What to Look for in Dog Clippers
When you’re shopping for a good pair of dog clippers, there are a few things to take into consideration, including:
Ultimately, the right type depends on what you’re using your clippers for.
If you’re a multiple-dog family, you want a pair of clippers that is versatile. “A5 clippers are what most professionals use, and if you're going to be clipping a lot of different dogs, then this is the one you should purchase,” explains Claudine Sievert, a dog and cat veterinarian from Kansas.
However, “trimmers work well for trimming delicate areas like around the ears, paws, and faces. They also work for dogs with thin hair,” she told The Spruce Pets. "These clippers are quieter than others, so they could work well for puppies and thinner-coated pets when used with guard combs.”
Meanwhile, “D-style clippers are a combination of A5 and trimmers,” Sievert said. “This is a new type that blends the lightness and quiet of a trimmer with the flexibility of an A5-style clipper.” These can be good options for pet parents who don’t want to invest in both clippers and trimmers.
Corded vs. Cordless
Both have their advantages and disadvantages, which is why the choice of corded vs. cordless is mostly a matter of what you prefer to use. Cordless clippers allow you to move around your dog a little easier without having to worry about the cord bothering your dog. They’re also more portable for trips because you don’t have to be near an outlet in order to trim your dog’s fur—but their batteries also die—sometimes right in the middle of your grooming session.
That’s why, Sara Ochoa, a veterinarian in Texas, says she prefers corded clippers. “I like clippers that plug into the wall better than battery powered [because] battery powered clippers do not last as long and I think that clippers that are plugged in have a stronger motor for trimming your dog's thick hair."
Weight vs. Durability
Some clippers are lighter than others, which makes them more comfortable to hold and maneuver, especially when you’re working in sensitive areas. However, lightweight can also mean flimsy—and you don’t want to invest in a clipper that if dropped, would shatter and break. So make sure you’re looking for clippers that are lightweight enough for you to hold comfortably without your wrist starting to hurt, while also being durable and well made.
Unless you’re shopping for only one specific dog, chances are you’ll want clippers with multiple speeds because single-speed clippers generally only work well on smaller dogs with finer fur. Instead look for multiple motor speeds so you can trip thin and thicker, coarser fur.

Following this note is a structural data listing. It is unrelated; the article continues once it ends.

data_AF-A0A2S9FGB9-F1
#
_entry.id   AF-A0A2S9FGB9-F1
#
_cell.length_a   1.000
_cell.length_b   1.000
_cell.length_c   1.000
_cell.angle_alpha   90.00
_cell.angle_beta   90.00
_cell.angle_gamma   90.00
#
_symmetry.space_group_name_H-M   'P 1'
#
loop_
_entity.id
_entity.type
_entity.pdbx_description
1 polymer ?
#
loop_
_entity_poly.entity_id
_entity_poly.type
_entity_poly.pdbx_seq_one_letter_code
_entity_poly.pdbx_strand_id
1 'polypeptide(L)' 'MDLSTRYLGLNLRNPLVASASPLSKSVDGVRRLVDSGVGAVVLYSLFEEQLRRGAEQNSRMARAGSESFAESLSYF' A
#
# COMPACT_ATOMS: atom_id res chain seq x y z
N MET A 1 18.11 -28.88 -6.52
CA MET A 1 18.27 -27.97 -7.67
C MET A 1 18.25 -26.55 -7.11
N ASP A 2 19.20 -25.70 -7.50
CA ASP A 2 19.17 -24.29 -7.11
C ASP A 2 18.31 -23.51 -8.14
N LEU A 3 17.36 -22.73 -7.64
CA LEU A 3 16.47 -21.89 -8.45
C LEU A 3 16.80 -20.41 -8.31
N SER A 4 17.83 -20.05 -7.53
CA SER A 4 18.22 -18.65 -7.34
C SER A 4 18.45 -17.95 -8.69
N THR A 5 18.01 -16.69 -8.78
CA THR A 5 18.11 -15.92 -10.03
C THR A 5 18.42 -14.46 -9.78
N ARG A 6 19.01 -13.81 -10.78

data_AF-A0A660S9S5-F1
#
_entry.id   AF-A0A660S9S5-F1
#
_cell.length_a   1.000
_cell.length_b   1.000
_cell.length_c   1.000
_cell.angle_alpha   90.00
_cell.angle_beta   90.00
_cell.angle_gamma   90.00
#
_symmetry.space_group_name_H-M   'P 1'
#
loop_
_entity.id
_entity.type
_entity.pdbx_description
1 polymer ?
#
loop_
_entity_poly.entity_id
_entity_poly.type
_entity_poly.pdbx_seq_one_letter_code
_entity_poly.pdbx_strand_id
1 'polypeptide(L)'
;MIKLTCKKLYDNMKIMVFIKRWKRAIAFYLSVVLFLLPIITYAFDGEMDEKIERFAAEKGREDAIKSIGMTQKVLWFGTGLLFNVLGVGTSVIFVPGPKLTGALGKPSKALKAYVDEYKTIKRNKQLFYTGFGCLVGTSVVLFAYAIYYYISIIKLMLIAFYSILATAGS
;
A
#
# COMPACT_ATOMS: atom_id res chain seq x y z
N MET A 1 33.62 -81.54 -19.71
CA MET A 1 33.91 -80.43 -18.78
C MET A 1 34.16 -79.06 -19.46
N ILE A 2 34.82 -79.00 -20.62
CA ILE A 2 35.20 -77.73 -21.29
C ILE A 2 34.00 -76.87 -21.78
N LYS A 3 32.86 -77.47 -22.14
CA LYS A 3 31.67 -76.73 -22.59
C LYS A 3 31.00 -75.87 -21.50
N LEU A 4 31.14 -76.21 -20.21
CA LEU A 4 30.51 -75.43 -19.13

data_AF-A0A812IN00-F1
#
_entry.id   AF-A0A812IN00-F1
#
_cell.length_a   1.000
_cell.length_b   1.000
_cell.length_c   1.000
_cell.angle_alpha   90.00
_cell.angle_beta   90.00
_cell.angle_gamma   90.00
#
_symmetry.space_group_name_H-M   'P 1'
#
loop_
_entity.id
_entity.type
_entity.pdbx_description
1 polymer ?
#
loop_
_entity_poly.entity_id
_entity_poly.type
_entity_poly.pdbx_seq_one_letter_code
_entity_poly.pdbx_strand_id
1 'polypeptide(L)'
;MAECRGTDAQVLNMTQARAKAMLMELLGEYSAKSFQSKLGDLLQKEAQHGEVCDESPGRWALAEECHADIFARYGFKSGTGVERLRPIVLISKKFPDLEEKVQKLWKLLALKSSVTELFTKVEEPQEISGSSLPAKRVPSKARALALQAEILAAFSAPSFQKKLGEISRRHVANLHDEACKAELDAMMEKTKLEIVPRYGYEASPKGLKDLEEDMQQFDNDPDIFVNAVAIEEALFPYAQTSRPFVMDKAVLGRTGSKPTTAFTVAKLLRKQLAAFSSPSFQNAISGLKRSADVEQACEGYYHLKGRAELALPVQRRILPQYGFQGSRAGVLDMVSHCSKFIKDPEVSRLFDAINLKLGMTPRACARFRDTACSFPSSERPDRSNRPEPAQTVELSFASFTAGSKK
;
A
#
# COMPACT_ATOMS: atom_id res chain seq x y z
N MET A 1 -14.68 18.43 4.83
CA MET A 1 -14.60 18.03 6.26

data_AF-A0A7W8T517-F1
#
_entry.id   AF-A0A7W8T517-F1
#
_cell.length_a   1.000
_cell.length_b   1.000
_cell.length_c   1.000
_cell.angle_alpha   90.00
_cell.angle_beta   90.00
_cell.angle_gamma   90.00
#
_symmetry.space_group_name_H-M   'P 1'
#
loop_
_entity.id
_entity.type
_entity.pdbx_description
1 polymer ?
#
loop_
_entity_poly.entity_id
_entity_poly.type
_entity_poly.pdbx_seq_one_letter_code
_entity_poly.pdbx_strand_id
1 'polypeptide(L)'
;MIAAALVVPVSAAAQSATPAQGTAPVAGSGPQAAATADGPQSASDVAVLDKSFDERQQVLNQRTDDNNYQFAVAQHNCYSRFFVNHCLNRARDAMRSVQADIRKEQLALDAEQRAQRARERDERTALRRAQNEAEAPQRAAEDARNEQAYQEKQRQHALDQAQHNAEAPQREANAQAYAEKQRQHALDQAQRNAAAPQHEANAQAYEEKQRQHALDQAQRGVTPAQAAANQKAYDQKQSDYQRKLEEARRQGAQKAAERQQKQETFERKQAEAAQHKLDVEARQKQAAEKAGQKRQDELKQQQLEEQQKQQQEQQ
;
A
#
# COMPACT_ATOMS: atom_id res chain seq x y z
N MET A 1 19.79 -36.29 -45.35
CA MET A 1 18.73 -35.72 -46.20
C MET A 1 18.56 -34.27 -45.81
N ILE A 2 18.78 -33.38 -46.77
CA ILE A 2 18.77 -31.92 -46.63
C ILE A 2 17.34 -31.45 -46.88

Even if you do end up thinking you only need one speed, make sure the clippers get to the right speed for your dog’s fur. “For bigger dogs and ones with thick fur, you'll need a higher speed to get through their hair,” explains Sievert.
How much noise your dog will tolerate depends on their individual squeamishness. But quieter clippers may make the adjustment to home grooming easier.
“If your dog gets nervous and doesn't like loud noises, you'll probably need a quiet pair,” says Sievert.
Blade Type, Material, and Size
Not all blades work equally as well on all types of fur. For example, T-Blades are good for giving dogs complete shaves or double-layered coats, while skip-tooth blades are best for precision trimming.
In addition to type, you’ll want to pay attention to their size because this will determine how short or long their fur will be once cut with that blade.
Finally, make sure you pick a blade from stainless steel or other durable metal so it lasts a long time.
How Warm It Gets
Some dog clippers, especially when they’re inexpensive, tend to heat up really quickly. This could cause you to accidentally burn your pup’s skin while you trim. Make sure to do your research so you pick one that doesn’t heat up too quickly — and keep checking in on how hot your clippers are getting while you work.
How do I shave a dog with clippers?
In general, there is an order for how to shave your dog to make your grooming as efficient and safe as possible.